The heap is different. The memory associated with objects that involve smart pointers have some memory management that is helpful. C-style pointers require more management, and the memory must be freed with the delete keyword. Failure to properly delete pointers and objects on the heap results in a memory leak, as the allocated but inactive (and inaccessible) memory accumulates over time.

I’ve noticed in other c/c++ stuff I’ve looked at (like the Vulkan tutorial for example) that objects are explicitly freed when a program terminates. But this might be because these APIs are really c and not c++, and require more explicit management of memory. I don’t know c very well, but maybe this is one of the big differences between c++ and c. C++ has (default) constructors and destructors associated with every object, whereas this is not the case with c.

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@TimChi thanks for you thorough explanation. I was a bit lazy to do that myself :grimacing:

I never do that, as the destruction of the ofApp object should handle such. I would worry only if I get an error at exit, otherwise C++ will handle it. More over, most modern OSes will free the memory of an app, even if it was leaking, after it has exited.

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One question, that is somehow related: Is it better to clear / resize / reserve and reuse a std::map or a std::vector than to initialize a new one every time (inside of a scope)?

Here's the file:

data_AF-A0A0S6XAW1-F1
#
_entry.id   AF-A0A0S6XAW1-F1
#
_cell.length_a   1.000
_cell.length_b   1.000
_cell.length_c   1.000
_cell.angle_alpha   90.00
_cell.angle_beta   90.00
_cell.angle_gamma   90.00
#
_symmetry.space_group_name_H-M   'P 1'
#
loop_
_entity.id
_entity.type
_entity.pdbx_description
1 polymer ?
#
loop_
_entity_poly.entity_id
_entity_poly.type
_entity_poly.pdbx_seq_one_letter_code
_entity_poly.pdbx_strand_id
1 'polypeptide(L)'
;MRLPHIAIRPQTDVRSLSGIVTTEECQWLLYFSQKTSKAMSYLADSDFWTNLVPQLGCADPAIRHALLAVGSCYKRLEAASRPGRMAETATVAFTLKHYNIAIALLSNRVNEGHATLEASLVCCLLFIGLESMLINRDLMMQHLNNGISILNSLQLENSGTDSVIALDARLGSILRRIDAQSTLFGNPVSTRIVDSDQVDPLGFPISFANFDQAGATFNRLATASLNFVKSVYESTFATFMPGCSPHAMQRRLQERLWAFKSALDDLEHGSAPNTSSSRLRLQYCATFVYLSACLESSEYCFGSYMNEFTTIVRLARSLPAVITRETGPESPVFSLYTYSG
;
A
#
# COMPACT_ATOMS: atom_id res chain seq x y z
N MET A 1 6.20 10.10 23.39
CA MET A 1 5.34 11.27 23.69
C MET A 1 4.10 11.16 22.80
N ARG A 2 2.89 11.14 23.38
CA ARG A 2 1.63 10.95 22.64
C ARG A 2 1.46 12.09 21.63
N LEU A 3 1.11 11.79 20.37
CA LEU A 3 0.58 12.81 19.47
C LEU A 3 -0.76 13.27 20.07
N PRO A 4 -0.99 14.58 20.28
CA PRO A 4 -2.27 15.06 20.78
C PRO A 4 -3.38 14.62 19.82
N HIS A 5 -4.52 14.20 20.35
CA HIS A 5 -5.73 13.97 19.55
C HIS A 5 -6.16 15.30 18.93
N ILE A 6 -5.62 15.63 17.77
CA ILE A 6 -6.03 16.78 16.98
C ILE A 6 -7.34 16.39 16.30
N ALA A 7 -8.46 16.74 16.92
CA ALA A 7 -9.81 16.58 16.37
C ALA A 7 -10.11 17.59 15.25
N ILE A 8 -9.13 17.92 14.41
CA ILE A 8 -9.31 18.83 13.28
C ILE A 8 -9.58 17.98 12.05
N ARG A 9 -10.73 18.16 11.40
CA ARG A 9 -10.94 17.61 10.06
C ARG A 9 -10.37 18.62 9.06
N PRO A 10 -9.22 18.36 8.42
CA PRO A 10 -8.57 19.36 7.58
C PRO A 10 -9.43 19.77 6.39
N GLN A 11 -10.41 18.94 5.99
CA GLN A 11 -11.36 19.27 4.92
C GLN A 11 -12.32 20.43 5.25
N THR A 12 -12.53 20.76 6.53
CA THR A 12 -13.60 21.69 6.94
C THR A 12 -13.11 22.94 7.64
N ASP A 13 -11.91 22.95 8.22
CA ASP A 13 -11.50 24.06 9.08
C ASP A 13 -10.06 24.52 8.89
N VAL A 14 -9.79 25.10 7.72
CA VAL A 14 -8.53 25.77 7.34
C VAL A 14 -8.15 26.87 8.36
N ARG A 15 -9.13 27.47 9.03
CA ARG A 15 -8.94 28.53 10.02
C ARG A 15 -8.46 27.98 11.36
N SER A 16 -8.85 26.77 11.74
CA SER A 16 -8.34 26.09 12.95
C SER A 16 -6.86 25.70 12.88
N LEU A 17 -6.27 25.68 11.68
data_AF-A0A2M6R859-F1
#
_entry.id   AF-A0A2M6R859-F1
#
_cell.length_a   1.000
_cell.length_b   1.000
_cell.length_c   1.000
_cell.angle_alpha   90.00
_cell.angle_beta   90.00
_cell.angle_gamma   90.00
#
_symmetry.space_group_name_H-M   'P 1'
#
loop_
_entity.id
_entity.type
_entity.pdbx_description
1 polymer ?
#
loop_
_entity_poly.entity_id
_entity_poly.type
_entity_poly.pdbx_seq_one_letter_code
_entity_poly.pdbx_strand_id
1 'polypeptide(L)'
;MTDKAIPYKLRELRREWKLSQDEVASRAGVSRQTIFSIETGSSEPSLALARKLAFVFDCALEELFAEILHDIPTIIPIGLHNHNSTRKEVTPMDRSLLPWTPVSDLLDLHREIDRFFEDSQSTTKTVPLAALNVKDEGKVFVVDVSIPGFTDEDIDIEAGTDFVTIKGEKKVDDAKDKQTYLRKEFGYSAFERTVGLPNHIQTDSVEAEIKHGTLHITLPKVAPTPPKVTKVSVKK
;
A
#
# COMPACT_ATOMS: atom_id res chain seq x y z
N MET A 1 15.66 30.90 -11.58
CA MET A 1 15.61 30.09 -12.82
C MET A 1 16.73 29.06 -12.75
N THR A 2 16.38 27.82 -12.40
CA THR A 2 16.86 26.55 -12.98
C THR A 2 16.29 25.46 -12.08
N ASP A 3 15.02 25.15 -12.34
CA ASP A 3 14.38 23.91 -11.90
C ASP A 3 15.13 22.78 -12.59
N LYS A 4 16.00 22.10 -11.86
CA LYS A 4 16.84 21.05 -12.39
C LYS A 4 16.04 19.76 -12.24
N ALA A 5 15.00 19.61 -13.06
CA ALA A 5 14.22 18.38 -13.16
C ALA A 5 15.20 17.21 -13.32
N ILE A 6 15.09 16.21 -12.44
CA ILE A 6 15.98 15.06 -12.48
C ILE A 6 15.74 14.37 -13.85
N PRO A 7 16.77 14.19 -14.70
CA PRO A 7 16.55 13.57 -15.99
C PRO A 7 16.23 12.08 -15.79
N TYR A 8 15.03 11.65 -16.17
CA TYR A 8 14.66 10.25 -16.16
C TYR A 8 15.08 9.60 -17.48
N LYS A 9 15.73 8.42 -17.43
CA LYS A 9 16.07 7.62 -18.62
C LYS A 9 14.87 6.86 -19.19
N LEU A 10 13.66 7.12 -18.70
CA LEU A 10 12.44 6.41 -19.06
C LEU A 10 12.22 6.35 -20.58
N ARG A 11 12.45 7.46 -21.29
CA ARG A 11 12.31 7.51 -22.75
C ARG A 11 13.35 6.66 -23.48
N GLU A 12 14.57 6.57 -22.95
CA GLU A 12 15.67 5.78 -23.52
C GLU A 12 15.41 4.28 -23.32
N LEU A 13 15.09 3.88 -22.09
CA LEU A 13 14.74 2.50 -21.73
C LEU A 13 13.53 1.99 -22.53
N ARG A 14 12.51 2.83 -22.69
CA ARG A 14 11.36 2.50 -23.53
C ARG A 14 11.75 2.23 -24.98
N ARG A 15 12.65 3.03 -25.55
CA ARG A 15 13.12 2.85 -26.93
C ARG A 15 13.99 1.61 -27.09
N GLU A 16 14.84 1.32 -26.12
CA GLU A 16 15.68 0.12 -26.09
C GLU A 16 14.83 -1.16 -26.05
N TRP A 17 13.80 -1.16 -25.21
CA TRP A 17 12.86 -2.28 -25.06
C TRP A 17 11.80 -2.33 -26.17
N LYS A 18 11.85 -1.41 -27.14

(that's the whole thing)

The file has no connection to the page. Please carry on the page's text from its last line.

I found this: c++ - clearing a vector or defining a new vector, which one is faster - Stack Overflow
c++ - What's the fastest way to reinitialize a vector? - Stack Overflow
c++ - How to clear a vector but keeping its capacity? - Stack Overflow

Edit: If I understand it right, clear() is the best way (if the size of the vector is unknown)? From my third link:

cppreference said explicitly that the capacity of the vector is unchanged.

from cppreference:

void clear();

Removes all elements from the container. Invalidates any references, pointers, or iterators referring to contained elements. May invalidate any past-the-end iterators.
Leaves the capacity() of the vector unchanged.

I like to use std::vector::reserve() if the vector is potentially going to hold a lot of elements. Vectors are a contiguous block of memory. If they get too large for their present location, they get copied to a new location with more memory. This is fine if they’re small, but gets more resource intensive as they get larger. std::map is not contiguous, so it can reside in many different locations in memory.

I also like to reuse vectors if possible. You can clear them if you like, before resizing them. And then I usually like to resize them before looping thru them, as opposed to calling .push_back() in a loop.

For me, the choice of scope (class vs local) for any container would probably reflect the scope of the values it contains. So, I’d use a vector with local scope if it only contained local values. Also there may be some gray areas. I’ve read that compilers will (often) optimize with std::move() in the following case:

// classVector is a member of a class
std::vector<float> classVector;

void updateClassVector(){
    std::vector<float> localVector(50, 1.f);
    // std::move() applied here? instead of a copy?
    classVector = localVector;
}

Also, you can always get the size of a vector by calling .size().